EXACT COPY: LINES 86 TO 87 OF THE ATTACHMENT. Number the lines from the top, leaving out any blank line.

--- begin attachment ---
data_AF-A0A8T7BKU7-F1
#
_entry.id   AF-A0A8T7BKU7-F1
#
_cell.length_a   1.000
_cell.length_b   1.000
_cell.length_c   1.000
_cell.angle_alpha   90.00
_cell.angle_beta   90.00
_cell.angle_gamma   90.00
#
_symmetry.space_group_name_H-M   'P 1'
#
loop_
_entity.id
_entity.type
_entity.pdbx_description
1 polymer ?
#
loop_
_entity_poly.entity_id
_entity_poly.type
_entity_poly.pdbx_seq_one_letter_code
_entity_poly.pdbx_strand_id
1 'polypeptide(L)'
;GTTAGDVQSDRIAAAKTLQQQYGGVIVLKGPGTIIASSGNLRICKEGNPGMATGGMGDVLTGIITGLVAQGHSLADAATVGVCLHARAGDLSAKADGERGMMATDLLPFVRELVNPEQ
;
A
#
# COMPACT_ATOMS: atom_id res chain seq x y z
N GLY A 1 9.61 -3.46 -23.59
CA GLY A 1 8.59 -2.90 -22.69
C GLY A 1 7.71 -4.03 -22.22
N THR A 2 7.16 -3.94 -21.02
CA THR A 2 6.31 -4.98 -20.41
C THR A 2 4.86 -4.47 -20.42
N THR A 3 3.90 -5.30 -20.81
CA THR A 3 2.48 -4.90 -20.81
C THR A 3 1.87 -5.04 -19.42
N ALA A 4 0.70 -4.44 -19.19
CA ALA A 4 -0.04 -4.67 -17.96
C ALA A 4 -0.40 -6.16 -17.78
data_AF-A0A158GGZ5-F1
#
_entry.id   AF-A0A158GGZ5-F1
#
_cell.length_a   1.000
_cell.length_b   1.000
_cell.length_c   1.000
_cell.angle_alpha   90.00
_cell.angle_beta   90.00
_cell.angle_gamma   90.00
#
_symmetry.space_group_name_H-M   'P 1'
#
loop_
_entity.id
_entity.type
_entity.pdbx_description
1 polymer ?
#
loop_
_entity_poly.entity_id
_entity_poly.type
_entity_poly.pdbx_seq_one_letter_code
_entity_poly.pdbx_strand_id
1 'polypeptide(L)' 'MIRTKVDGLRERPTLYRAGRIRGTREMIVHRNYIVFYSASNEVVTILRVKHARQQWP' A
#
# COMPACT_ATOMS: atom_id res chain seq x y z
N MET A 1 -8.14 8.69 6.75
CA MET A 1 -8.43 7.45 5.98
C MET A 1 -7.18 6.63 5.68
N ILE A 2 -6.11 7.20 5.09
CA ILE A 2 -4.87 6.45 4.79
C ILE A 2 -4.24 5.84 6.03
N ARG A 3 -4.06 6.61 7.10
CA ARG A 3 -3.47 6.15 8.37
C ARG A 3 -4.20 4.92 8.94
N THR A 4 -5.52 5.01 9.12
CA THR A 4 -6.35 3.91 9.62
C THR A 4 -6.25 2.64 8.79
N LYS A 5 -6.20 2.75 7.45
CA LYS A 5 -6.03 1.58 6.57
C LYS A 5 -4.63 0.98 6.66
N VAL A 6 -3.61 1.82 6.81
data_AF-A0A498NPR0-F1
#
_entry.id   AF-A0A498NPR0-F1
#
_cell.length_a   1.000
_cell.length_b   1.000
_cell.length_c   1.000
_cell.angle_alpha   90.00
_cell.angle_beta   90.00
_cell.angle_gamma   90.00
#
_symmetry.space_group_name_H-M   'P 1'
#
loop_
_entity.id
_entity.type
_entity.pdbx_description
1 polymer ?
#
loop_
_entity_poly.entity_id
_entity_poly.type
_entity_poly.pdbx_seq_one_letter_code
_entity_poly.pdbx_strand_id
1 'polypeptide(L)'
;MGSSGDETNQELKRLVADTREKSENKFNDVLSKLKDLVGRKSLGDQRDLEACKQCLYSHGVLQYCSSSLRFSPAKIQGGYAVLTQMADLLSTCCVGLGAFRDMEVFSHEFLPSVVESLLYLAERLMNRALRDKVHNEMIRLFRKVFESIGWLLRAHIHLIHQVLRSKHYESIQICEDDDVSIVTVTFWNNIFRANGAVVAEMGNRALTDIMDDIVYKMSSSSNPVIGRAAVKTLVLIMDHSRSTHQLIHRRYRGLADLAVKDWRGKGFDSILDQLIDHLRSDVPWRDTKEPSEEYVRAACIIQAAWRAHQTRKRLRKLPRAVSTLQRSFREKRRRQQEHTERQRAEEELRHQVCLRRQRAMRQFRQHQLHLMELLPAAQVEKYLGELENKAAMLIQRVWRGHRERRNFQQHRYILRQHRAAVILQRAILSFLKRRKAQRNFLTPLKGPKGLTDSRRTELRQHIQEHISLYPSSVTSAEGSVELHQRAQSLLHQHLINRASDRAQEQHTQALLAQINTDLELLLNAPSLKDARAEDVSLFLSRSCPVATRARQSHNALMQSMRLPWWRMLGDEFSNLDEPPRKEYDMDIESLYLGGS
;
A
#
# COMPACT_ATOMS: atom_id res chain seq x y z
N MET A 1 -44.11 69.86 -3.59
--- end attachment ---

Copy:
data_AF-A0A498NPR0-F1
#